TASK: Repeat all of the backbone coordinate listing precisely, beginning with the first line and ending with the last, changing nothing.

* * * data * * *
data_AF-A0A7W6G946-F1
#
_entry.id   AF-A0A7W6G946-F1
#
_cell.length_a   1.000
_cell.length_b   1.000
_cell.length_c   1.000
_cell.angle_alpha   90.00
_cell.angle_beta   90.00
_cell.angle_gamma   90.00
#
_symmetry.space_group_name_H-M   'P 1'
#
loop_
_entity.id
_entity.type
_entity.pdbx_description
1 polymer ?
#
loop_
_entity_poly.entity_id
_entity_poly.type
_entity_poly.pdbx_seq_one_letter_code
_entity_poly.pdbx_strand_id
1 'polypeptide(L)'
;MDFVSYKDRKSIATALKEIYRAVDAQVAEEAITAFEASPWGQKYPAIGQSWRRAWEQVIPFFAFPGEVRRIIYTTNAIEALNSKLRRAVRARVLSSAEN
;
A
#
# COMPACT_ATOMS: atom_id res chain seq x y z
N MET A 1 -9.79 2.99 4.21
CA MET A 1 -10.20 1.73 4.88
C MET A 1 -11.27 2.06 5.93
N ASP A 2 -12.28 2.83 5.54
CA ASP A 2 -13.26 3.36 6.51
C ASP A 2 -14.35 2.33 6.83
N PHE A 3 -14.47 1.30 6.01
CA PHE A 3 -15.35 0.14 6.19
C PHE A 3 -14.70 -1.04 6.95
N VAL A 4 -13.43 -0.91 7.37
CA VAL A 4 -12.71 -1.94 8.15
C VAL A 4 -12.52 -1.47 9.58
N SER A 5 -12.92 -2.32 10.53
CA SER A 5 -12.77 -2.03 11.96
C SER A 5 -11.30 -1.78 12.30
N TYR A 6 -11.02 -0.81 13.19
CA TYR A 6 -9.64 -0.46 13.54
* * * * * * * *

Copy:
data_AF-A0A7W6G946-F1
#
_entry.id   AF-A0A7W6G946-F1
#
_cell.length_a   1.000
_cell.length_b   1.000
_cell.length_c   1.000
_cell.angle_alpha   90.00
_cell.angle_beta   90.00
_cell.angle_gamma   90.00
#
_symmetry.space_group_name_H-M   'P 1'
#
loop_
_entity.id
_entity.type
_entity.pdbx_description
1 polymer ?
#
loop_
_entity_poly.entity_id
_entity_poly.type
_entity_poly.pdbx_seq_one_letter_code
_entity_poly.pdbx_strand_id
1 'polypeptide(L)'
;MDFVSYKDRKSIATALKEIYRAVDAQVAEEAITAFEASPWGQKYPAIGQSWRRAWEQVIPFFAFPGEVRRIIYTTNAIEALNSKLRRAVRARVLSSAEN
;
A
#
# COMPACT_ATOMS: atom_id res chain seq x y z
N MET A 1 -9.79 2.99 4.21
CA MET A 1 -10.20 1.73 4.88
C MET A 1 -11.27 2.06 5.93
N ASP A 2 -12.28 2.83 5.54
CA ASP A 2 -13.26 3.36 6.51
C ASP A 2 -14.35 2.33 6.83
N PHE A 3 -14.47 1.30 6.01
CA PHE A 3 -15.35 0.14 6.19
C PHE A 3 -14.70 -1.04 6.95
N VAL A 4 -13.43 -0.91 7.37
CA VAL A 4 -12.71 -1.94 8.15
C VAL A 4 -12.52 -1.47 9.58
N SER A 5 -12.92 -2.32 10.53
CA SER A 5 -12.77 -2.03 11.96
C SER A 5 -11.30 -1.78 12.30
N TYR A 6 -11.02 -0.81 13.19
CA TYR A 6 -9.64 -0.46 13.54